Develop at Meeting/during the pilot

13. Other questions?

Develop at Meeting/during the pilot


Strategic and Practical FAQ -- Using Digital Certificates

8B: Accessing JSTOR Using CREN-Institutional Certificates

Draft 2.3, November 27, 2001 Editing notes by Spencer Thomas, JSTOR, November 27, 2001

Introduction

JSTOR, a provider of digital journals is now ready to use CREN-signed institutional digital certificates for user authorization from participating institutions.

1. Why should a user access JSTOR using CREN-Institutional Certificates?

A user with a CREN-signed institutional certificate as part of their digital certificate can access JSTOR from anywhere at anytime. These users do not have to be on campus where the incoming IP address is used for authentication nor do they need to access a campus proxy server to make it appear as if they are on campus. This service increases access for users.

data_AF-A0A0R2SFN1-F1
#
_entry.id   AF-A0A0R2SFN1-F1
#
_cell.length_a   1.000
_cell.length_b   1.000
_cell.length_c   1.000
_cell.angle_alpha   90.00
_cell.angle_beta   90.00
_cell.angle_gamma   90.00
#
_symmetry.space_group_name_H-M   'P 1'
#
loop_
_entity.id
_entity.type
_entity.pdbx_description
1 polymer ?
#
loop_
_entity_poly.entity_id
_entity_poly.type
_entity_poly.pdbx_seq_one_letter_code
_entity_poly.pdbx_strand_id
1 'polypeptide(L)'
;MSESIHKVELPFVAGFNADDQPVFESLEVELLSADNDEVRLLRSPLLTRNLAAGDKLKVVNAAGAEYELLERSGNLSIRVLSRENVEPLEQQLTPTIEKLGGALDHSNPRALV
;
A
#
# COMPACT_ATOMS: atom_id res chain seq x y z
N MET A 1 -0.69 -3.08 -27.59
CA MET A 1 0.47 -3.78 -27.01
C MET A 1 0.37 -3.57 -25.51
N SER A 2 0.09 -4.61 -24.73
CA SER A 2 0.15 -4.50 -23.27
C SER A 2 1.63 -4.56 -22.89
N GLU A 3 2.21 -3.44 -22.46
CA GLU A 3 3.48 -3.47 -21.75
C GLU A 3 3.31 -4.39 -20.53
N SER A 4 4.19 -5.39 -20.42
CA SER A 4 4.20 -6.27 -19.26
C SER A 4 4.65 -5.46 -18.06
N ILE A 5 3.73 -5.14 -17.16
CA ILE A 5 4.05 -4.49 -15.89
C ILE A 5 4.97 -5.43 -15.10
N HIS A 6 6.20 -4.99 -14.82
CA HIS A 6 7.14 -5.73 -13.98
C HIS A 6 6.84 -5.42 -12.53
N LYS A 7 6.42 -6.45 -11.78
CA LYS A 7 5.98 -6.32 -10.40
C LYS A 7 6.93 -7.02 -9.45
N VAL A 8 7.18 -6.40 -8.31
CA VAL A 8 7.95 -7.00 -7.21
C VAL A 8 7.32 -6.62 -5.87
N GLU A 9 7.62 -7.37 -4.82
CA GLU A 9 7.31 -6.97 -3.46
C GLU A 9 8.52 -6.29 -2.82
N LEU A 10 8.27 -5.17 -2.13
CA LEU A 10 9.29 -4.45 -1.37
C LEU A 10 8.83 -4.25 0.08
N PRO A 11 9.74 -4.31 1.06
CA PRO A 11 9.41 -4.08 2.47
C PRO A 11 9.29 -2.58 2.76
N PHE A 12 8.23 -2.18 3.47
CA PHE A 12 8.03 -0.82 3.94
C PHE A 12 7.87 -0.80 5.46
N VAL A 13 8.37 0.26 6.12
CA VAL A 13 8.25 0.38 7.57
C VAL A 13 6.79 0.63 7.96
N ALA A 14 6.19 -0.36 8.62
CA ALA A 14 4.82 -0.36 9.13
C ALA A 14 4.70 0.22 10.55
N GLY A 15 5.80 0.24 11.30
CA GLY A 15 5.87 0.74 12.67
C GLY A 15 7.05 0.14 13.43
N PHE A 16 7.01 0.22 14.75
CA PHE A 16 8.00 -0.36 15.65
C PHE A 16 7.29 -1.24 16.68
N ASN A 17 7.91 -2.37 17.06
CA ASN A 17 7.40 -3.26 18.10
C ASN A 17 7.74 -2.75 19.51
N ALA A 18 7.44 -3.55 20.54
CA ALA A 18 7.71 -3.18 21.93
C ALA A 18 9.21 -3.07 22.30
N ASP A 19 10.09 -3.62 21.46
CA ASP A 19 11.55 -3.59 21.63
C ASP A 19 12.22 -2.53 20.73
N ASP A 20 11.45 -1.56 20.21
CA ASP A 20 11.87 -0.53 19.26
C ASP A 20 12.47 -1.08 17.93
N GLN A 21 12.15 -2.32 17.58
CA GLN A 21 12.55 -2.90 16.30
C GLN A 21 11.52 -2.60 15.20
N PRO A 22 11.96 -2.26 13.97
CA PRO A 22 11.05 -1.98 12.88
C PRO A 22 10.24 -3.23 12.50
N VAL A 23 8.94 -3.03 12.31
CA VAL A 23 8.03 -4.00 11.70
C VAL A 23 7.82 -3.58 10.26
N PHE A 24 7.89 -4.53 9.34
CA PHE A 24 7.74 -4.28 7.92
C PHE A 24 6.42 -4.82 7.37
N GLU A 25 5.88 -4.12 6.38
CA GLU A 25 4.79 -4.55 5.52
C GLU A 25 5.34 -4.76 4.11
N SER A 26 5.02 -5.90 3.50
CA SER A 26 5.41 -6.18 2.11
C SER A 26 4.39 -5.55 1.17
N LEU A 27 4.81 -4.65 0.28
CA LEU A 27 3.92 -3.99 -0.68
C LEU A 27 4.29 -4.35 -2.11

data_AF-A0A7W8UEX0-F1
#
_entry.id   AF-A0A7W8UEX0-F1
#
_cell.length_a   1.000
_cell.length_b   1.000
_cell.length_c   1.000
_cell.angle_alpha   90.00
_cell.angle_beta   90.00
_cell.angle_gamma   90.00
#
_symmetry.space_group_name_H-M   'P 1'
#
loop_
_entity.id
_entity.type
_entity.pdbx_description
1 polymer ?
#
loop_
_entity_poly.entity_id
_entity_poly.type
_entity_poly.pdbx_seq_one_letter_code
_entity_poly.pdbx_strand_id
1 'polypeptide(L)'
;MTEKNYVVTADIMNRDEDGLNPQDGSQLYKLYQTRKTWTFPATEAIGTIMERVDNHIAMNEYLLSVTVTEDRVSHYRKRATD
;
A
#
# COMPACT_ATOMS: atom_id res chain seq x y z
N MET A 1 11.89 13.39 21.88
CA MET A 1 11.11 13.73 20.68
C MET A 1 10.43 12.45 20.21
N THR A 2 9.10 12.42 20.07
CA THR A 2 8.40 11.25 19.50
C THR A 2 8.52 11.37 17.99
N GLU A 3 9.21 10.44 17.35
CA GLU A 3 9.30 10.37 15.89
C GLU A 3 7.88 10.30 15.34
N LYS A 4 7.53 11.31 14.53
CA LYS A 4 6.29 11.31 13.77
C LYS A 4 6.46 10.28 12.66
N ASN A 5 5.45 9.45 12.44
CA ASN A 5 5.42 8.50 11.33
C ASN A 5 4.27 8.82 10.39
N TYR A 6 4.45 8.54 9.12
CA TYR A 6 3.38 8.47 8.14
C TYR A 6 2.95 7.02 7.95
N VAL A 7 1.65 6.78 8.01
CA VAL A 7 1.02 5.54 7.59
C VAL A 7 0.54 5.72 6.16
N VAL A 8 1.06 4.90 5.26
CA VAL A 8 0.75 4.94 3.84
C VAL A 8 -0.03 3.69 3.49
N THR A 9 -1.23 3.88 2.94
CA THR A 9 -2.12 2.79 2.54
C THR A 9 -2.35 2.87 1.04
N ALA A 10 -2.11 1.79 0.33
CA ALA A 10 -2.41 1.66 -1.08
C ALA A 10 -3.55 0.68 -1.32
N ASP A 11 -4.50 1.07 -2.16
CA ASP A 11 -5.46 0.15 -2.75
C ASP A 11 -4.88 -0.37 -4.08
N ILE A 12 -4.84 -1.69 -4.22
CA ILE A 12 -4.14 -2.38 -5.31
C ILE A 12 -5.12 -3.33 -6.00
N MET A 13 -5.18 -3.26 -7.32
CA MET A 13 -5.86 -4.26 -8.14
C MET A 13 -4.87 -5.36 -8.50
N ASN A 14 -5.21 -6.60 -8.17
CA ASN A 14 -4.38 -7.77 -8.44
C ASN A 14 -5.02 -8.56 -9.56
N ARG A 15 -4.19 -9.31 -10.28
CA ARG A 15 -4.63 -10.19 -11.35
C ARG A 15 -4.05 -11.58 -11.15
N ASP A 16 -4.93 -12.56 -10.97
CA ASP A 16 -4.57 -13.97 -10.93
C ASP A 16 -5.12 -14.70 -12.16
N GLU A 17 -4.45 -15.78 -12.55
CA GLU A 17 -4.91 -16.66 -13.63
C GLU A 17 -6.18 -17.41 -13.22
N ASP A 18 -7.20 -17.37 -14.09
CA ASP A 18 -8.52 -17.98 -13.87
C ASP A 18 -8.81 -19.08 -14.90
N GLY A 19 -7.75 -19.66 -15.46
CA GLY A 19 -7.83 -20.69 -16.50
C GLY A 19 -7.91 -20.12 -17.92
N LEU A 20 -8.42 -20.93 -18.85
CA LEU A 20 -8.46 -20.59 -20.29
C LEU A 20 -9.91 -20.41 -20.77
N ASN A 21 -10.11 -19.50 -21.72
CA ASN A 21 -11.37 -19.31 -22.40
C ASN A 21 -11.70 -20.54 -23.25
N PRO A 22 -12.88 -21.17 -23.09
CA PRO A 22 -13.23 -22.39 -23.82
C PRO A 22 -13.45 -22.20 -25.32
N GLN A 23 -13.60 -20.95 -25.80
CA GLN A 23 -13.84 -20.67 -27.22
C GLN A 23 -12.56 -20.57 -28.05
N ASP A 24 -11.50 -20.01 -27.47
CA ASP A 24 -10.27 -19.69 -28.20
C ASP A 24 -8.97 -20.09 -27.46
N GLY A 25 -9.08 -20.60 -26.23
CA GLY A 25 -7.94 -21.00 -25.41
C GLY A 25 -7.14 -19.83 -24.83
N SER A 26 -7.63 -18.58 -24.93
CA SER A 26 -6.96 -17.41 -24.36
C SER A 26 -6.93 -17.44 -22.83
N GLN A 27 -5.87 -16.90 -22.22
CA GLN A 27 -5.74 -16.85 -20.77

2. How does JSTOR process incoming user digital certificates?

JSTOR has prepared its server to recognize and process incoming digital certificates. In processing digital certificates, the web server examines the signers of the certificates and the expiration dates of the digital certificates. The issuer field of the certificate needs to match a signer, such as the University of Minnesota CA in the JSTOR database. For access to JSTOR to work, the certificate must also be valid. This means a certificate that has not expired and that contains a valid chain, i.e. that the chain tracks back to a recognized root, such as CREN.

3. What does a campus need to do to obtain a CREN-signed institutional certificate?

The detailed steps for obtaining a CREN-signed institutional certificate are at the CREN site at (please fill this in) In brief the process is as follows: